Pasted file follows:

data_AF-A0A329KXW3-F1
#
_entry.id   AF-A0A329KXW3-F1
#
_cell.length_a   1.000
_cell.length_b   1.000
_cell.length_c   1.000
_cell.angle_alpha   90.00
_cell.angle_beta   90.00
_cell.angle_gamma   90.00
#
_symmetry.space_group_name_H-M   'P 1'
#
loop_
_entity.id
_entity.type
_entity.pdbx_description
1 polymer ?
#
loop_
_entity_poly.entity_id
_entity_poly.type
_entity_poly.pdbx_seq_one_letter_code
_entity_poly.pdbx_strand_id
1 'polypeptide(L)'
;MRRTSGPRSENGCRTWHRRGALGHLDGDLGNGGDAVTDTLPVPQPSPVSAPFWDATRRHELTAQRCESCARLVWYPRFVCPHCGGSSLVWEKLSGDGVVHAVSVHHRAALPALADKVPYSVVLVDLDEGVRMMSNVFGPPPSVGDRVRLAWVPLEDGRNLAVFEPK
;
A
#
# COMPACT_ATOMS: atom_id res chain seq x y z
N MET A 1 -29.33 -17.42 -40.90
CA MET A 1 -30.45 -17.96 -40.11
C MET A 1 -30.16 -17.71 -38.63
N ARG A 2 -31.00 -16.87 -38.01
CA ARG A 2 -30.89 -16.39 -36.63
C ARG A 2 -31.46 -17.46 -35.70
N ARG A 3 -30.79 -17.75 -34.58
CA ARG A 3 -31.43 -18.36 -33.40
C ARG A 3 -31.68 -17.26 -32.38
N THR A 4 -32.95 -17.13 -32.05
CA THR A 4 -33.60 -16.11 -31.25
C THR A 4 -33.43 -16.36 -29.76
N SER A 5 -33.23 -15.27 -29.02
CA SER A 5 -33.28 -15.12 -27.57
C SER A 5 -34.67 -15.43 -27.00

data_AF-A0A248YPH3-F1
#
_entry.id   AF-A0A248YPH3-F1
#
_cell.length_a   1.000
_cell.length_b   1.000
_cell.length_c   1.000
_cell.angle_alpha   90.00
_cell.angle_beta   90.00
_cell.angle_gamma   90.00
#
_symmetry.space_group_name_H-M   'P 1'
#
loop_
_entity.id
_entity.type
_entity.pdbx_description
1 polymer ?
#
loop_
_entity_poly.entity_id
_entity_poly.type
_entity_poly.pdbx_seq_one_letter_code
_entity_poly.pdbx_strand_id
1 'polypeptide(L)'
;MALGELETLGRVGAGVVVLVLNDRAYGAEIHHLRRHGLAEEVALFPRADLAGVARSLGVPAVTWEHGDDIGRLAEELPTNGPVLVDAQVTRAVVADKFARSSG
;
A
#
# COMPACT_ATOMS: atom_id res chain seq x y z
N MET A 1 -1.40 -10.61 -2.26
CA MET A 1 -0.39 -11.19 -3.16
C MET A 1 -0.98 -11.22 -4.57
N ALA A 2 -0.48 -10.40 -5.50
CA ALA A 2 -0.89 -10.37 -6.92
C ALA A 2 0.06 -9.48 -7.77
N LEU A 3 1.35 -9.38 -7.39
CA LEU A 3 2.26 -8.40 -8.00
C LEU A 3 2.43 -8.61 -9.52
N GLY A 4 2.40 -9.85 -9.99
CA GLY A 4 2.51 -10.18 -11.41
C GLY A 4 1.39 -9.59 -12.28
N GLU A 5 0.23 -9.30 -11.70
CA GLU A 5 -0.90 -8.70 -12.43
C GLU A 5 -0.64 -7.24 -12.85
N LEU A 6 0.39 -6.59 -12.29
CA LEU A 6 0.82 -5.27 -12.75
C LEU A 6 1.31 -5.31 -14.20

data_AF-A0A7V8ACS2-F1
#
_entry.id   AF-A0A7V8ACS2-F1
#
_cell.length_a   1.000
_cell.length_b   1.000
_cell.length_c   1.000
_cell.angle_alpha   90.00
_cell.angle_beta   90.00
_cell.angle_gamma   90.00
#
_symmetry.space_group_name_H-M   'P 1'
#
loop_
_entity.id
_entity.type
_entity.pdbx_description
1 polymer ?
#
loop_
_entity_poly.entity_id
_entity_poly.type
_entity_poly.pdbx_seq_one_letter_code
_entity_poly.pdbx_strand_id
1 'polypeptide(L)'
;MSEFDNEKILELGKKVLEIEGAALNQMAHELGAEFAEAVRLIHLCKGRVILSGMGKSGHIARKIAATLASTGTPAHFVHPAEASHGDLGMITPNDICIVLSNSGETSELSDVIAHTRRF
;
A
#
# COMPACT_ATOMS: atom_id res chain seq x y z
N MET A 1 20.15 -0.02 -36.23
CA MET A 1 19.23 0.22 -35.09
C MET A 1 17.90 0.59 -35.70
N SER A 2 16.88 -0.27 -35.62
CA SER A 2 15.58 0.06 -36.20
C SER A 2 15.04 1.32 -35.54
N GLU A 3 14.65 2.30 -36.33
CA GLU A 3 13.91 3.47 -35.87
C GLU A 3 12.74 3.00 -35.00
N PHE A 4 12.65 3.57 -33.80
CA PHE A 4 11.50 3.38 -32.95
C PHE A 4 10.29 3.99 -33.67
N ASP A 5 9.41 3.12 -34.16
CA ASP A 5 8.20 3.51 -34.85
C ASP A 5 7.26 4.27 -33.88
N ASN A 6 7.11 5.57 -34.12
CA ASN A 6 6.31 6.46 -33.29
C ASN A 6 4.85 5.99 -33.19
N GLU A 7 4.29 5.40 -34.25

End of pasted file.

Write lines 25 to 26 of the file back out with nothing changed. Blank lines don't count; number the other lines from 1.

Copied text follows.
1 'polypeptide(L)'
;MRRTSGPRSENGCRTWHRRGALGHLDGDLGNGGDAVTDTLPVPQPSPVSAPFWDATRRHELTAQRCESCARLVWYPRFVCPHCGGSSLVWEKLSGDGVVHAVSVHHRAALPALADKVPYSVVLVDLDEGVRMMSNVFGPPPSVGDRVRLAWVPLEDGRNLAVFEPK